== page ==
Theme: The Ground for Our Appeal to God
In this week’s lessons, we see the stark reality of evil, even in our own hearts, and that God protects and preserves those who come to him through faith in the Lord Jesus Christ.
Scripture: Psalm 140:1-13
So what do we do when we are surrounded by “people of the lie,” above all when we find so much of their terrible evil in ourselves? The answer is to do what David did. We turn to God as the only one who can deliver us both from others and ourselves; we place our needs before him and then praise him for the deliverance he gives.
Charles Haddon Spurgeon had a sermon on the second half of this psalm, beginning with verse 6, in which he traced a rising note of confidence in David as he did what I have described. His sermon had five points based on five important things David says. First, “You are my God” (v. 6). Spurgeon called this a possession asserted. Second, “Hear, O LORD, my cry for mercy” (v. 6). He called this a petition presented. Third, “O Sovereign LORD, my strong deliverer, who shields my head in the day of battle” (v. 7). Here is a preservation experienced. Fourth, “I know that the LORD secures justice for the poor and upholds the cause of the needy” (v. 12). Spurgeon called this a protection expected. Fifth, “Surely the righteous will praise your name and the upright will live before you” (v. 13). This is praise predicted.1 It will be helpful to follow Spurgeon’s outline.
1. Possession: “You are my God” (v. 6). The ground for David’s appeal to God is his relationship to God. God is his God, and this one true God, Jehovah, is his hope.
“You are my God!” Those are simple words, all of one syllable. But we should not take them for granted since, when we think about it, nothing is more amazing than that God should be ours. It is not amazing that we should be his. Everything is his, even the cattle on a thousand hills. Everything is God’s because God made it. But that God should belong to us, that truly is amazing. Even more, it is something we would not dare to claim were it not for the fact that God has solemnly affirmed that he has given himself to his people. “I will be their God,” God said to Abraham in regard to his descendants (Gen. 17:8). “I will be your God,” God said to Moses on the brink of the Exodus from Egypt (Exod. 6:7). And afterwards, “I am the LORD your God, who brought you out of Egypt, out of the house of slavery” (Exod. 20:2). The words “I am the LORD your God” occur twenty-two times in Leviticus, and again and again throughout the Old Testament. In the New Testament we read of Thomas who fell at Jesus’ feet, exclaiming, “My Lord and my God” (John 20:28). It is the climax of John’s gospel.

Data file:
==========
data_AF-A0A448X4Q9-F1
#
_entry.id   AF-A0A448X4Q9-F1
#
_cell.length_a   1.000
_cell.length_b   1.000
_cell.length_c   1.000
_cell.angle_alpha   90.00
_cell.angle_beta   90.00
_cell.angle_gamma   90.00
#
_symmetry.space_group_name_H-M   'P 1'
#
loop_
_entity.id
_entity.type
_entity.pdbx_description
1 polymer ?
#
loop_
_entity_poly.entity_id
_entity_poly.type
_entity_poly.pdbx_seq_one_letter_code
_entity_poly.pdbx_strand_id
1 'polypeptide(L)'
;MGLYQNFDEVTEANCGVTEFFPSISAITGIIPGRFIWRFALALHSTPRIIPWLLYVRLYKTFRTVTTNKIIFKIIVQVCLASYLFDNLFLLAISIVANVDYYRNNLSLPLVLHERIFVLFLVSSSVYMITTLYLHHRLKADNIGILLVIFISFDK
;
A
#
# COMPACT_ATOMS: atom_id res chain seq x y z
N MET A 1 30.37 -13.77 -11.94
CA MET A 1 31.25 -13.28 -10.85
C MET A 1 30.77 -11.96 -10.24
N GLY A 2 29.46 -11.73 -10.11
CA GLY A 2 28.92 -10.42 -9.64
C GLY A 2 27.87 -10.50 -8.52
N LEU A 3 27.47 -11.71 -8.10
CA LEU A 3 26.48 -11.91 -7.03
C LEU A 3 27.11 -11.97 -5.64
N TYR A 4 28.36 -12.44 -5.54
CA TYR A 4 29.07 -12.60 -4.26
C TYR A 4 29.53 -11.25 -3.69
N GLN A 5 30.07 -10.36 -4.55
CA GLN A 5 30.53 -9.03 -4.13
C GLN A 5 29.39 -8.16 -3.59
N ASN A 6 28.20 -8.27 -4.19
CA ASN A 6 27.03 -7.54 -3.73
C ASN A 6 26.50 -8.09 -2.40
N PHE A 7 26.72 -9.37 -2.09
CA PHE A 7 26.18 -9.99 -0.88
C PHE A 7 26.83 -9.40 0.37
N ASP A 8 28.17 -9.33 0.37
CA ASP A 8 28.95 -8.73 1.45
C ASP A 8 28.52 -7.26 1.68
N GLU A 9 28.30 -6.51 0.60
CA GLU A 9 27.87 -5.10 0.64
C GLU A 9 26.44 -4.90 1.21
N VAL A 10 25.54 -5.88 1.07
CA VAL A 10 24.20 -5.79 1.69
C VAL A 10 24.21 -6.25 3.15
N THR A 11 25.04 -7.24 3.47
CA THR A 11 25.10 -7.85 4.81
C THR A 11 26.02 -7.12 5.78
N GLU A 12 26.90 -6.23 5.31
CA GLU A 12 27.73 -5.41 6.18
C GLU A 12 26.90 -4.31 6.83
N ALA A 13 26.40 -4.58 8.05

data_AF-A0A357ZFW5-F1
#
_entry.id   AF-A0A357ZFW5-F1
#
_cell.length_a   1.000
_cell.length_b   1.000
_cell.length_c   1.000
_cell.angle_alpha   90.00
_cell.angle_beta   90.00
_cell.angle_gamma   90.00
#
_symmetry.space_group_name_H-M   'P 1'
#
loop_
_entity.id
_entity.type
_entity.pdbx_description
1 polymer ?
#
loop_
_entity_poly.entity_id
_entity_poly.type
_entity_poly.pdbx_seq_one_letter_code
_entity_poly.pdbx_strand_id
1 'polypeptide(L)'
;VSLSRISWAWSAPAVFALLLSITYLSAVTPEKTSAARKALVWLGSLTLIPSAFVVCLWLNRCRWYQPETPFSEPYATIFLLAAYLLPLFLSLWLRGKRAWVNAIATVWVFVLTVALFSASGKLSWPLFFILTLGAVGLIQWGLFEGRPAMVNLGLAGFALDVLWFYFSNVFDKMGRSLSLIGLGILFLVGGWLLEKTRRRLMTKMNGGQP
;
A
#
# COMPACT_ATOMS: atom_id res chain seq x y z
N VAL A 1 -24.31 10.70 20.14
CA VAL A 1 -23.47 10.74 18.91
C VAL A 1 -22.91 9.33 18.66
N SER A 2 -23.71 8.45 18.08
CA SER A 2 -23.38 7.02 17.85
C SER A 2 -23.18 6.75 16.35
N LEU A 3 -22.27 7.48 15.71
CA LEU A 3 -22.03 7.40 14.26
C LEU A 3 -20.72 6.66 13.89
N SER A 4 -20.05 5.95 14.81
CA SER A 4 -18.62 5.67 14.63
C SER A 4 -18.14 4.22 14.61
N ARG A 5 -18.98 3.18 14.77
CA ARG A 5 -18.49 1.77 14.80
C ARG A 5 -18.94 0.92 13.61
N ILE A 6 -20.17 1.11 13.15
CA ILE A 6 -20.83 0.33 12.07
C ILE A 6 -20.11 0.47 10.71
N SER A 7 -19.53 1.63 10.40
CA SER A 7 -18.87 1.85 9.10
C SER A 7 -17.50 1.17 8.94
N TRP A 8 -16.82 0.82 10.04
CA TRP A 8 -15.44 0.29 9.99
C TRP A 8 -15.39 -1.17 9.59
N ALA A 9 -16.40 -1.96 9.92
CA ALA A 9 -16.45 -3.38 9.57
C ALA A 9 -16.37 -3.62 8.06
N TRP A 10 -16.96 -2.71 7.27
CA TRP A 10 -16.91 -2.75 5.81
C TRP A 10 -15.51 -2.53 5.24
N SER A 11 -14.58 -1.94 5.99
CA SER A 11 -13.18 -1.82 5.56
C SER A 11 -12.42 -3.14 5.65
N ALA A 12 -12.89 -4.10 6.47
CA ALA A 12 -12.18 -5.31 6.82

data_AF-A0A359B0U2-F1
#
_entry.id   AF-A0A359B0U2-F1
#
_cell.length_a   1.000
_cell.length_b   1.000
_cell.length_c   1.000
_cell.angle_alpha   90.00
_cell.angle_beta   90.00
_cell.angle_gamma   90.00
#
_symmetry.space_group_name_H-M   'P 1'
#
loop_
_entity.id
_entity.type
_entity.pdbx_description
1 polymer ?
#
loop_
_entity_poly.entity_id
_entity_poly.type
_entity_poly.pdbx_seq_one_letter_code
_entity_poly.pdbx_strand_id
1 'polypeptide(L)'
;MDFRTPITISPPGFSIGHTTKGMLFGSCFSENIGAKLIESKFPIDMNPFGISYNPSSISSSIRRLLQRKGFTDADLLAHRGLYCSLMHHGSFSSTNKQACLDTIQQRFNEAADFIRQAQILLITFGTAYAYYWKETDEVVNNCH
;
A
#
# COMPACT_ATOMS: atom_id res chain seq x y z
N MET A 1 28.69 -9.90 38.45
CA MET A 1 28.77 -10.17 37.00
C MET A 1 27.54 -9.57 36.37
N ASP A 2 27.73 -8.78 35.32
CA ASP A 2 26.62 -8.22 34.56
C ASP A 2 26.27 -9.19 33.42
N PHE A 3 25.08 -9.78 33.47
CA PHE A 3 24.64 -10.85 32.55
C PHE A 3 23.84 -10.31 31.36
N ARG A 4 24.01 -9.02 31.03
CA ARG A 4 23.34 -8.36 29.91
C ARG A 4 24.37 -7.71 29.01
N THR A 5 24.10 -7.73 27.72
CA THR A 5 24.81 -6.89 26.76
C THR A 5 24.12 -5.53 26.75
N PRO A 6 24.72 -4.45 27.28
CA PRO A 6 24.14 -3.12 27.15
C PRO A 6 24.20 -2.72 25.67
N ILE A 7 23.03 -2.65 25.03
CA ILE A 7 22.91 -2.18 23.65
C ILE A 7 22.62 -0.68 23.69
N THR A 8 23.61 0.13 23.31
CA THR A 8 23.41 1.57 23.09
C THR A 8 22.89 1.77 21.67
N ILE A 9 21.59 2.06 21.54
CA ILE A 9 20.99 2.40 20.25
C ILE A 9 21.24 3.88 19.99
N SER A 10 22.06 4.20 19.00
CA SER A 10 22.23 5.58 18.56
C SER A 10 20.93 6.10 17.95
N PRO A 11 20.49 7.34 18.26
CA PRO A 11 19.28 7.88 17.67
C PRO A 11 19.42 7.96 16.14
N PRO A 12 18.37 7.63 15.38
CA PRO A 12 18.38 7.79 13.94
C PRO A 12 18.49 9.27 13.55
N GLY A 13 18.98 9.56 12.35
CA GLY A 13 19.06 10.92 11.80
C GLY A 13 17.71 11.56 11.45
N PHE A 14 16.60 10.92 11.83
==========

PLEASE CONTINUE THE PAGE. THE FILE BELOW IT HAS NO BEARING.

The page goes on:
So let me make this first statement personal. Is Jehovah, the God of the Bible, your God? Has he become your God through faith in Jesus Christ? And can you say, “You are my God” to God, as David does? It is one thing to say that to the minister. It may even be easy to say it to some friend as a pious profession. But can you say it to God? That is the acid test of your profession. God will know whether it is a true confession or not. Remember how in the preceding psalm David claimed that God knew him thoroughly—his thoughts, his ways and his words. You cannot fool God. So the proof of your profession is whether you can address God directly and say, “You are my God.” There is peace and joy for those who can truly say it.
1Charles Haddon Spurgeon, “David’s Five-Stringed Harp” in Sermons on the Psalms, ed. Chas. T. Cook (Edinburgh: Marshall, Morgan & Scott, 1960), pp. 221-231.
What does David do when surrounded by “people of the lie”? On what grounds does he appeal to God?
What is Spurgeon’s first point on verse 6? What is amazing about this?
Prayer: Praise God for the deliverance he gives.
Application: Evaluate your circle of friends and acquaintances. Are there any who try to tear down your faith? How can you answer them that both glorifies God and seeks to plant a seed for them to think about?
Key Point: The proof of your profession is whether you can address God directly and say, “You are my God.” There is peace and joy for those who can truly say it.